Study of Signal Transduction and Bacterial Pathogenesis in Host Cells Treated with Secretory Proteins Derived from Mycobacterium tuberculosis

  • Chan, Err-Cheng (PI)

Project: National Science and Technology CouncilNational Science and Technology Council Academic Grants

Project Details


The objective of this research is to investigate the cause of lung diseases by secreted proteins from Mycobacterium tuberculosis. Previously, we have successfully cloned and expressed the clone of ESAT-6/CFP-10 complex (CFES), combining cfp-10 with esat-6, and utilized a cDNA array technology to analyse altered gene expressions of host cells causing by secreting ESAT-6/CFP-10 in the infection process of Mycobacterium tuberculosis. By utilizing bioinformatics tools, it have predicted the important biological hotpots and shown the interaction of these genes. We found out the influence of CFES on the gene expression of human lung cells involved cell proliferation, cell motility, cell survival and cell apoptosis. And according to our preliminary results, it had verified CFES will cause chromosome condensation and induce apoptosis. This proposal hypothesize that CFES induce an apoptosis-related signal transduction enhanced the pathogenesis of M. tuberculosis. To prove this hypothesis, we will investigate the influence of CFES on the signal transduction predicted by cDNA microarray. The strategy combines the use of quantitative PCR, western blot and immunoprecipitation methods to identify the gene expression, protein expression and their involved signal transduction pathways. Once the signaling pathways have been identified, we will block these pathways by using certain kinase inhibitors or siRNA knockdown for the key proteins to observe if these interventions protect cells from CFES-induced apoptosis. Furthermore, we will also observe the relationship between immunogenecity and pathogenesis by treating WI-38 cells and THP1 cells with CFES. The results of this project will help us understand the mechanism by which M. tuberculosis causes the pathogenesis.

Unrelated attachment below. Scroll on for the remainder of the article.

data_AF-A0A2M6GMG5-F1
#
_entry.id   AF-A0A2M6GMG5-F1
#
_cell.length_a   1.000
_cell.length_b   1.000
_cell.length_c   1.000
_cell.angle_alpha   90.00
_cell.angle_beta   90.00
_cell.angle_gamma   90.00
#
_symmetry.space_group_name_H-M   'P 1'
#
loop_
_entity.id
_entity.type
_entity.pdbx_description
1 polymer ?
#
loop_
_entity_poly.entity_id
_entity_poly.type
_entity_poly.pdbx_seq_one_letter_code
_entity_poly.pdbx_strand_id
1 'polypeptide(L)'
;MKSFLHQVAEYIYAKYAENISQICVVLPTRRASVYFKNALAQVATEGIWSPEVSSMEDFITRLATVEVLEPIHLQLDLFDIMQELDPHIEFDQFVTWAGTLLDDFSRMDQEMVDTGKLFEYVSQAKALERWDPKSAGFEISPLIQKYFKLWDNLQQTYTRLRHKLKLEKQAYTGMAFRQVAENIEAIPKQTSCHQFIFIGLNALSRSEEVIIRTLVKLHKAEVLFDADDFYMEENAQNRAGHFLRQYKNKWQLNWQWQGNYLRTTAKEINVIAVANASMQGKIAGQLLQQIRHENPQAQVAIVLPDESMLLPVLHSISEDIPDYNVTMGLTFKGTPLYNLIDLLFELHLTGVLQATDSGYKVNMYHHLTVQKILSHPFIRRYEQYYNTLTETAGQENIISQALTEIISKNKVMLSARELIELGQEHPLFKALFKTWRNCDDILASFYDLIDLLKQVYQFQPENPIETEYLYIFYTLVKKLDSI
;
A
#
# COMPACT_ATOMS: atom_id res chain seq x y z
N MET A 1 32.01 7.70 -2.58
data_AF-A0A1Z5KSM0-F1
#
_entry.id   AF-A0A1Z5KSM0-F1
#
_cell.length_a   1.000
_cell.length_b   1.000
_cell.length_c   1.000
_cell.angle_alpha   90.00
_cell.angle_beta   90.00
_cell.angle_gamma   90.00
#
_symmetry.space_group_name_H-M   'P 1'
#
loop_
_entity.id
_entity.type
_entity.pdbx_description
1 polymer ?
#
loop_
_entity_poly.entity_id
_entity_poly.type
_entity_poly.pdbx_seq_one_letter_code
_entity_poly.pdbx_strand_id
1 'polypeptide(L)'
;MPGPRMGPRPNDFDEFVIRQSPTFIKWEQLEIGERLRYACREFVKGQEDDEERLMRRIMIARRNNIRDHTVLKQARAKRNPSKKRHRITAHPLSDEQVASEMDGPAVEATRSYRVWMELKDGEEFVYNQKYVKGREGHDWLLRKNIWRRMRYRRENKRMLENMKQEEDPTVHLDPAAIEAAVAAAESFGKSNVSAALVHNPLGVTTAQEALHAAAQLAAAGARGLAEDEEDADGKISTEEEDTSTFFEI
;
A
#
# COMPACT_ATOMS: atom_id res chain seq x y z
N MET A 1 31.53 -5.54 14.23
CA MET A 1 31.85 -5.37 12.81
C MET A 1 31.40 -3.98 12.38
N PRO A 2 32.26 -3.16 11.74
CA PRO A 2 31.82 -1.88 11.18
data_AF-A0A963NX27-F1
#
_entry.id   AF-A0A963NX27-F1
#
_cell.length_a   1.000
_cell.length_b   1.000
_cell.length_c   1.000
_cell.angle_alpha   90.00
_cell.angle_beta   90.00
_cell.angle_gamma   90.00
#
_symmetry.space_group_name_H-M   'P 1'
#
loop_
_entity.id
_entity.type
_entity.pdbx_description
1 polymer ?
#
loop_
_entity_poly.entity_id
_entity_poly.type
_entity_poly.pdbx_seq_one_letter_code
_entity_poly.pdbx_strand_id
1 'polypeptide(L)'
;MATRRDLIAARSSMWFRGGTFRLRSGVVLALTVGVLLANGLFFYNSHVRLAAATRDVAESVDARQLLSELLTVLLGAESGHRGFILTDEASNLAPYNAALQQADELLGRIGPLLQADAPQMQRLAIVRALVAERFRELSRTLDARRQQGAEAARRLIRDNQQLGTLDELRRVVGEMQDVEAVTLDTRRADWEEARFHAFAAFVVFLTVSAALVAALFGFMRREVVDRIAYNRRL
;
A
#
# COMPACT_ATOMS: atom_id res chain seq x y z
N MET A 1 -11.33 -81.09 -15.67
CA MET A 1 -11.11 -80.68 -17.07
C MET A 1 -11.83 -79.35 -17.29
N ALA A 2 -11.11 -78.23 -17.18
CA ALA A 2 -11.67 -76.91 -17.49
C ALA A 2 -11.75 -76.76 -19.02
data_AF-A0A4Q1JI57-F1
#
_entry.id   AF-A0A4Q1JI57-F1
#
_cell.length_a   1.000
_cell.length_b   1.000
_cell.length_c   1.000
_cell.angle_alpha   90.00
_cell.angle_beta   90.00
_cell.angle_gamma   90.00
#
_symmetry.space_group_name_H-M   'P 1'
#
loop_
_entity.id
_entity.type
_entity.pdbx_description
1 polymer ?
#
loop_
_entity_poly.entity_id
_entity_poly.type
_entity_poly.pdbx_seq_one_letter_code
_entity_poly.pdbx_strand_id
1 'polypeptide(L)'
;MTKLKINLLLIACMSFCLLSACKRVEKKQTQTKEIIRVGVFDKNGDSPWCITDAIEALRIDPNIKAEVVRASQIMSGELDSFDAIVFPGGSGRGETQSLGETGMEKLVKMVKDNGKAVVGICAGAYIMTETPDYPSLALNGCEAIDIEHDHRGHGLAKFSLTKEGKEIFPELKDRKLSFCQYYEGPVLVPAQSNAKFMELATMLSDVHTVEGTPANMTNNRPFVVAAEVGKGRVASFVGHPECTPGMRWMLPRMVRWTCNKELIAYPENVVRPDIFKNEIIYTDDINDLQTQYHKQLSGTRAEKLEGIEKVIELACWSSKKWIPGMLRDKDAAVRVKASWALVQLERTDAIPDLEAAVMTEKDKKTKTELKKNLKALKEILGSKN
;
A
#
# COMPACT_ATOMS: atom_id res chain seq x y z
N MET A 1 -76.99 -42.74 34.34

Project IDs

Project ID:PC9801-2492
External Project ID:NSC97-2320-B182-014-MY3
Effective start/end date01/08/0931/07/10


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